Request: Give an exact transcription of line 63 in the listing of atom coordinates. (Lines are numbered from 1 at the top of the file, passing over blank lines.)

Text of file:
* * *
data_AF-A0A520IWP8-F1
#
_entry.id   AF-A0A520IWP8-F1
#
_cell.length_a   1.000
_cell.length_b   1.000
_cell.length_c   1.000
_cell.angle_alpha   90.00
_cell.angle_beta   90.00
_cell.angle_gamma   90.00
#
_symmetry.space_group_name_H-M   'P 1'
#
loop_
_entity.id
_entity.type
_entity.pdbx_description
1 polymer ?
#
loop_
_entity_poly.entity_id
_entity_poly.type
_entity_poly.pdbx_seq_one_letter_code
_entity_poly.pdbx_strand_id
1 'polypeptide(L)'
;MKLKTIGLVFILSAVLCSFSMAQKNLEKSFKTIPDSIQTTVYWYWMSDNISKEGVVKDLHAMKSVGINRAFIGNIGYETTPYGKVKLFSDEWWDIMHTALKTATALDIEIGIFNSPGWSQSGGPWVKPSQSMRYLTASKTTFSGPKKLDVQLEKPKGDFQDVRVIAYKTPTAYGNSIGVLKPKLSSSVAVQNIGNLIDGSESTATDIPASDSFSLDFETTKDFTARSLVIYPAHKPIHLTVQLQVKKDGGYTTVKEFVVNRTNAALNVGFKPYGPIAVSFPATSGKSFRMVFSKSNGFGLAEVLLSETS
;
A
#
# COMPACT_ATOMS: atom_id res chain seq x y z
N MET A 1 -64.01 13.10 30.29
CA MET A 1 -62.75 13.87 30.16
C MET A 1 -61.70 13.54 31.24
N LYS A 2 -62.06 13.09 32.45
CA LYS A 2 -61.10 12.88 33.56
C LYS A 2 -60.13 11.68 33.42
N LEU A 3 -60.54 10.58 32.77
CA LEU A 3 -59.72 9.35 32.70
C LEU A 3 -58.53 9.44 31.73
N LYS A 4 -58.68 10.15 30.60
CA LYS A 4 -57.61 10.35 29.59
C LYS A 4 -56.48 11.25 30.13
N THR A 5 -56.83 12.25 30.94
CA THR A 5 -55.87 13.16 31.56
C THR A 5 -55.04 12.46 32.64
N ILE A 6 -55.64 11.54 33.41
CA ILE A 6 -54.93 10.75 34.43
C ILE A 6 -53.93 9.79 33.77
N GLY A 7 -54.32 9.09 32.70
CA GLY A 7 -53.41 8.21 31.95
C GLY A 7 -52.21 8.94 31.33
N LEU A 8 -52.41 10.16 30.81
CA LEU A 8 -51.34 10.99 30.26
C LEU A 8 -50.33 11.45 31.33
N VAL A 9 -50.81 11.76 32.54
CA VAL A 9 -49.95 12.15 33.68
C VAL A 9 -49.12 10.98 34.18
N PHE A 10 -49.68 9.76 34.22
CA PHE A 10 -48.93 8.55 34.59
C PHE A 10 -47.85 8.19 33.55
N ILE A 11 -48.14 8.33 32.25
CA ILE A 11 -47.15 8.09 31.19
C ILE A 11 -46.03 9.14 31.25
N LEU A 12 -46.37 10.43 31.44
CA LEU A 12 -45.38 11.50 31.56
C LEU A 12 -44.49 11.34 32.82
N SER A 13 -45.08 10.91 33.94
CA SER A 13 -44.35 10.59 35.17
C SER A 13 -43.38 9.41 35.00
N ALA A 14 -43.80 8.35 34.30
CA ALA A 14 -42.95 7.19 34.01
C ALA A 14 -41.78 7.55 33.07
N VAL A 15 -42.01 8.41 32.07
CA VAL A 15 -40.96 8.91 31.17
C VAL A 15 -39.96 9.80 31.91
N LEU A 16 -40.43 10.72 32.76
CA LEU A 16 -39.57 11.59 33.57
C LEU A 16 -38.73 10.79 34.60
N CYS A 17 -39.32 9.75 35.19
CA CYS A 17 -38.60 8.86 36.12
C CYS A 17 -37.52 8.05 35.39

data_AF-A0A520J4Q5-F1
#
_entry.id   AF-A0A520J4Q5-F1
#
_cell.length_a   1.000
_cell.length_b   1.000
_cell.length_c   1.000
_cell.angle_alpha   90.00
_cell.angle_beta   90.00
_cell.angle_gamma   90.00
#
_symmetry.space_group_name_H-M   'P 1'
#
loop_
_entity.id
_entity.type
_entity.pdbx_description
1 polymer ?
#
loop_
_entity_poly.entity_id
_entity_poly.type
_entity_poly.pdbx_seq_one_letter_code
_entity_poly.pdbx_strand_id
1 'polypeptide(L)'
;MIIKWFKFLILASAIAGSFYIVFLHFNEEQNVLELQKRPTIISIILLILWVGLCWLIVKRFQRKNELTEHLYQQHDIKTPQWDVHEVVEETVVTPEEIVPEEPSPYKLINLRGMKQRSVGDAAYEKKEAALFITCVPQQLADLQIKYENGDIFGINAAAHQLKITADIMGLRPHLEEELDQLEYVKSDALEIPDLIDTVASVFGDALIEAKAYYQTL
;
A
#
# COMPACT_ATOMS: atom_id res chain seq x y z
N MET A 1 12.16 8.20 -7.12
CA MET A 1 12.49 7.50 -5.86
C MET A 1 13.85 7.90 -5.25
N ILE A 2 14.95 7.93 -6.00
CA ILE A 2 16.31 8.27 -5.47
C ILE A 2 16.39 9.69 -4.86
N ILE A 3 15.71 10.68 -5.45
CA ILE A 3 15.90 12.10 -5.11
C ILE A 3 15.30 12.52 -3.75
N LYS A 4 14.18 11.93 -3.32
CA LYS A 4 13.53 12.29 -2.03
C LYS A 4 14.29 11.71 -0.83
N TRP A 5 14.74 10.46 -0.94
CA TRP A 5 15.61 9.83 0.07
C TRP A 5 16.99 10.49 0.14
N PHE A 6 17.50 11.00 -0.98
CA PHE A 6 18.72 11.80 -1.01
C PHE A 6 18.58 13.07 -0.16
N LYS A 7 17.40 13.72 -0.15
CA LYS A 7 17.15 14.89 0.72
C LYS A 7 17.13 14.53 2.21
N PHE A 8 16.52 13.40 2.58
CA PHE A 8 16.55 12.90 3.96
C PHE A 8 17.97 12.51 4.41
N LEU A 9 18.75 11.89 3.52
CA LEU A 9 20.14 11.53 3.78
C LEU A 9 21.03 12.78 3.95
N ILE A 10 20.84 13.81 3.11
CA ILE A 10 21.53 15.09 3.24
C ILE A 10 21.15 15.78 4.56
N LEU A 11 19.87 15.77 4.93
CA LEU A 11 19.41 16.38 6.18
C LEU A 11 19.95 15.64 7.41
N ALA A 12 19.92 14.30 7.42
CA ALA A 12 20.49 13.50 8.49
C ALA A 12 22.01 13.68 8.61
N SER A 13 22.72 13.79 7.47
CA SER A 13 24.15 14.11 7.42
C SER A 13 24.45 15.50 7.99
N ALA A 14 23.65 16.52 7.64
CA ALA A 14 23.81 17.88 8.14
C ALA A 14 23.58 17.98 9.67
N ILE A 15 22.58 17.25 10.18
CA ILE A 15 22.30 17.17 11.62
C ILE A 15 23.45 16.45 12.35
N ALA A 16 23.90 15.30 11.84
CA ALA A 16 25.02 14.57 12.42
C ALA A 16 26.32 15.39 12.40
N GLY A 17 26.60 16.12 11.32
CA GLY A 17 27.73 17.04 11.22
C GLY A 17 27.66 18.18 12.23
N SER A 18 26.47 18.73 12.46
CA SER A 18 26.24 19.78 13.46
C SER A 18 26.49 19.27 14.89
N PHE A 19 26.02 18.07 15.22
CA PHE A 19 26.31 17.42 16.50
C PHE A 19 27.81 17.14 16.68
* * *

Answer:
C ILE A 11 -46.03 9.14 31.25